- Using ["Every ___ winner!"] as the clue for ONE A feels wrong to me, but I suspect I’m missing something. To my ear, we need the word “is” or an “apostrophe-s” in there for it to make sense.
- I like how the grid has both ONS and OFFS and how they share the clue, [Switch settings].
- Today’s embarrassing confession: I spent a few seconds wondering who the “tenk” are or were. The clue, [Certain race, informally], had me thinking of racial backgrounds. I felt sheepish when I realized it was a TEN-K foot race. Oops.
Julian Lim’s Los Angeles Times crossword
This 70-worder is packed with chunks of 6- to 8-letter answers in the corners. There’s a 15 spanning the grid and a few long Downs bracketing the corners together. There are a few zippy answers but overall the fill felt rather plain.
First up, the best stuff:
- 36a. I wanted ["The sea was angry that day," e.g.] to be SEINFELD QUOTE but that didn’t fit. It’s PATHETIC FALLACY, and yes, I had to look it up to know what that means. It has to do with imputing human feelings to inanimate things. I don’t have to write any term papers any more, but it’s good to learn anyway.
- 42a. [One may be packed with Oreos, briefly] clues a PB AND J. Good to stash the Oreos in the clue instead of the grid for a change.
- ON A ROPE ([Like some soap]) is a borderline terrible answer, but its evocation of cheesy soap on a rope elevates it. Man, I haven’t seen soap on a rope in ages.
- 1d. ["Family First" author, familiarly] is DR. PHIL. I very nearly tried DR. RUTH but the book didn’t sound sexy enough.
- 8d. [Walter's "I'm Not Rappaport" co-star] is OSSIE Davis. If you’ve never seen their cinematic version, you must. Matthau and Davis are excellent in it.
- 13d. ["Not so fast!"], buddy. WAIT A SEC! This is the sophisticated older sibling to more frequent crossword answer IN A SEC.
- 36d. [Toaster brand] made me think of kitchen appliances rather than POP-TARTS. Far less tasty than the CREPES at 46d.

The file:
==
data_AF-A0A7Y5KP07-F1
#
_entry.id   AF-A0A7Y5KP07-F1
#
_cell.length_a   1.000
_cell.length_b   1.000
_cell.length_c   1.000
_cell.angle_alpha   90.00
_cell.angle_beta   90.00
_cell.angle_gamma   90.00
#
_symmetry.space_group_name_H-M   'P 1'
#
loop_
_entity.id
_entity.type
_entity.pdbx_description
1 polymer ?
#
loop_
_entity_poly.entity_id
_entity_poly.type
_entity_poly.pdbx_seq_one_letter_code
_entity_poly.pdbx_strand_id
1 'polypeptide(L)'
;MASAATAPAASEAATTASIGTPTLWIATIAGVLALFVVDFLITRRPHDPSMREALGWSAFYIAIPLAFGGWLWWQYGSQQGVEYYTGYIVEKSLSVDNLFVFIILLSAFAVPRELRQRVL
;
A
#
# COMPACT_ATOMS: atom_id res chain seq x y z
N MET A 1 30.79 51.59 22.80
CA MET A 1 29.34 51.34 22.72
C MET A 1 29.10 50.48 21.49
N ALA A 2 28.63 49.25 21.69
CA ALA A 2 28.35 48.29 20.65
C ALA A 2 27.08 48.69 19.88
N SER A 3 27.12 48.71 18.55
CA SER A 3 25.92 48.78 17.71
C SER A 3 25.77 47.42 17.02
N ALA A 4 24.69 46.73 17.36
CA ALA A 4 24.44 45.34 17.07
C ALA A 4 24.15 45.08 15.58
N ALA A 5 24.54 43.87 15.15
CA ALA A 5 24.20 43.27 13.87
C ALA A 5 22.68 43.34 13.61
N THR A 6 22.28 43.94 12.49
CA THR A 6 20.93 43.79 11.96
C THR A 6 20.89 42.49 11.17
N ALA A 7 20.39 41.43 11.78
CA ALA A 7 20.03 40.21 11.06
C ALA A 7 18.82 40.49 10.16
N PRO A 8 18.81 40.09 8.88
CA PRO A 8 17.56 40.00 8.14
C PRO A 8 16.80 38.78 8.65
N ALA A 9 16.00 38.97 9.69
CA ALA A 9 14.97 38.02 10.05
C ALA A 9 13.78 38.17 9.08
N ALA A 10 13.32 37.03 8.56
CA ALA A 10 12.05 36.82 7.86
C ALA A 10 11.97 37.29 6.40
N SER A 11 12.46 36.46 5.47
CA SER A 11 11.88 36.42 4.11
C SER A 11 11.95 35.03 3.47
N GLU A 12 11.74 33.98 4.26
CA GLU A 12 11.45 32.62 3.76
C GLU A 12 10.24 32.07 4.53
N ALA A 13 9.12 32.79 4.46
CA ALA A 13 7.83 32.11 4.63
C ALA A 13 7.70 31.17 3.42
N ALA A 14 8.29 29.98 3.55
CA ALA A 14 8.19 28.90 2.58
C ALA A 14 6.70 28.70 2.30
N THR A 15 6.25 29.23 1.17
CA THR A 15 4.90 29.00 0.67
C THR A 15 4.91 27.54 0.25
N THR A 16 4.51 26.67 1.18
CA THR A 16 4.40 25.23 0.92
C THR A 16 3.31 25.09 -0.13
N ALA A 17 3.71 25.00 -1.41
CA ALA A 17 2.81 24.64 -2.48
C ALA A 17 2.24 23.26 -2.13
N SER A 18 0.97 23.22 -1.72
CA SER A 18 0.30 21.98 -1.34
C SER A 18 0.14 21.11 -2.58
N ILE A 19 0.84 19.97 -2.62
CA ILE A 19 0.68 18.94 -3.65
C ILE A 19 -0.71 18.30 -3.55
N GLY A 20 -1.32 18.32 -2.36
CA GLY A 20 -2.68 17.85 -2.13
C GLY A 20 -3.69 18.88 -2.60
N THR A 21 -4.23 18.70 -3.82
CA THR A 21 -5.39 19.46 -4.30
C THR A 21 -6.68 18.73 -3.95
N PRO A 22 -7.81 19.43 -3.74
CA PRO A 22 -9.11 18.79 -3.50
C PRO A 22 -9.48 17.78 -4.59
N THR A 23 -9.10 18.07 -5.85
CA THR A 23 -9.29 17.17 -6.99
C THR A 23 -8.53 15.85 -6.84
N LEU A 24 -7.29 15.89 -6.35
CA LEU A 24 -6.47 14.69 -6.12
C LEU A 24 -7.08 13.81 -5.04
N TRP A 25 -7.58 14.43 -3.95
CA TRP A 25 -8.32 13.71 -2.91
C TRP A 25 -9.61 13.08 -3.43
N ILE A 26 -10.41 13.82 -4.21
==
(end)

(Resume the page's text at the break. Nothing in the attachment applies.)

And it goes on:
On the other hand, these bits left me cold:
- 15a. [Pigment used in some primer paints] clues RED LEAD. Does anyone other than a painter or chemist know this?
- 25a. [Byzantine emperor known as "the Armenian"], LEO something, hmm, could be I, V, or X, gotta wait for the crossing. LEO V is not tremendously famous, is he?
- 35a. [One putting on shows] clues AIRER. Google suggests that outside of crosswords, this word is used to refer to a frame on which you air-dry clothes, not to TV-show airers. How did this word move from clues to fill?
- 44a, 39d. I got [Uma's role in "The Producers"] and ["The Clan of the Cave Bear" protagonist]—ULLA and AYLA—but it seems unfortunate to cross two unusual names.
- 51a. [Hawks' contacts, perhaps] clues ARMERS, another awkward -ER word in the vein of AIRER.
- 6d. The [Papua New Guinea port] of LAE is best known for being a place Amelia Earhart checked in at before vanishing, and for being a crossword-friendly 3 that’s generally barred from appearing in early-week easy puzzles owing to its obscurity.
- 50d. [Fix, as brakes] clues REPAD. Not a single one of the first 20 Google hits for this word has anything to do with brakes. They’re mostly about musical instruments, with a few mentions of repadding car or motorcycle seats.
- 61d. Why clue NAN as a [Turkic flatbread] when most of us know it as an Indian flatbread?